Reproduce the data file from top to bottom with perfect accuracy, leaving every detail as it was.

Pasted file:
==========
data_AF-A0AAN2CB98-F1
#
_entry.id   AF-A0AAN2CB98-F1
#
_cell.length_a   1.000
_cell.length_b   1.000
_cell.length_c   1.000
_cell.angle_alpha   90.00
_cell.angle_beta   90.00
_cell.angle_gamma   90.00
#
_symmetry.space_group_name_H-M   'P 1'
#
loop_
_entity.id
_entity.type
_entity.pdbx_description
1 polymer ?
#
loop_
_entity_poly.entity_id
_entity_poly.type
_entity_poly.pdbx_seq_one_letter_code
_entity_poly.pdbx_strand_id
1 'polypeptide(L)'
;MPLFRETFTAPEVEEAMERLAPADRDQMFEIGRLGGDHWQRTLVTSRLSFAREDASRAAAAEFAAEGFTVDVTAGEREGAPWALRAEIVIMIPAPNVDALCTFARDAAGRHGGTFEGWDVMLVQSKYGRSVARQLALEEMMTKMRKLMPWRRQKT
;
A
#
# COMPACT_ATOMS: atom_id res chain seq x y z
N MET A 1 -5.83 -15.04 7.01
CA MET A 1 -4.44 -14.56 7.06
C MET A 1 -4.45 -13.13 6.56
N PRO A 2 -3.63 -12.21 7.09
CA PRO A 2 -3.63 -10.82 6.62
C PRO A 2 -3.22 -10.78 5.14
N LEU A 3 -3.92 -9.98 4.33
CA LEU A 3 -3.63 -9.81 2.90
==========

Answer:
data_AF-A0AAN2CB98-F1
#
_entry.id   AF-A0AAN2CB98-F1
#
_cell.length_a   1.000
_cell.length_b   1.000
_cell.length_c   1.000
_cell.angle_alpha   90.00
_cell.angle_beta   90.00
_cell.angle_gamma   90.00
#
_symmetry.space_group_name_H-M   'P 1'
#
loop_
_entity.id
_entity.type
_entity.pdbx_description
1 polymer ?
#
loop_
_entity_poly.entity_id
_entity_poly.type
_entity_poly.pdbx_seq_one_letter_code
_entity_poly.pdbx_strand_id
1 'polypeptide(L)'
;MPLFRETFTAPEVEEAMERLAPADRDQMFEIGRLGGDHWQRTLVTSRLSFAREDASRAAAAEFAAEGFTVDVTAGEREGAPWALRAEIVIMIPAPNVDALCTFARDAAGRHGGTFEGWDVMLVQSKYGRSVARQLALEEMMTKMRKLMPWRRQKT
;
A
#
# COMPACT_ATOMS: atom_id res chain seq x y z
N MET A 1 -5.83 -15.04 7.01
CA MET A 1 -4.44 -14.56 7.06
C MET A 1 -4.45 -13.13 6.56
N PRO A 2 -3.63 -12.21 7.09
CA PRO A 2 -3.63 -10.82 6.62
C PRO A 2 -3.22 -10.78 5.14
N LEU A 3 -3.92 -9.98 4.33
CA LEU A 3 -3.63 -9.81 2.90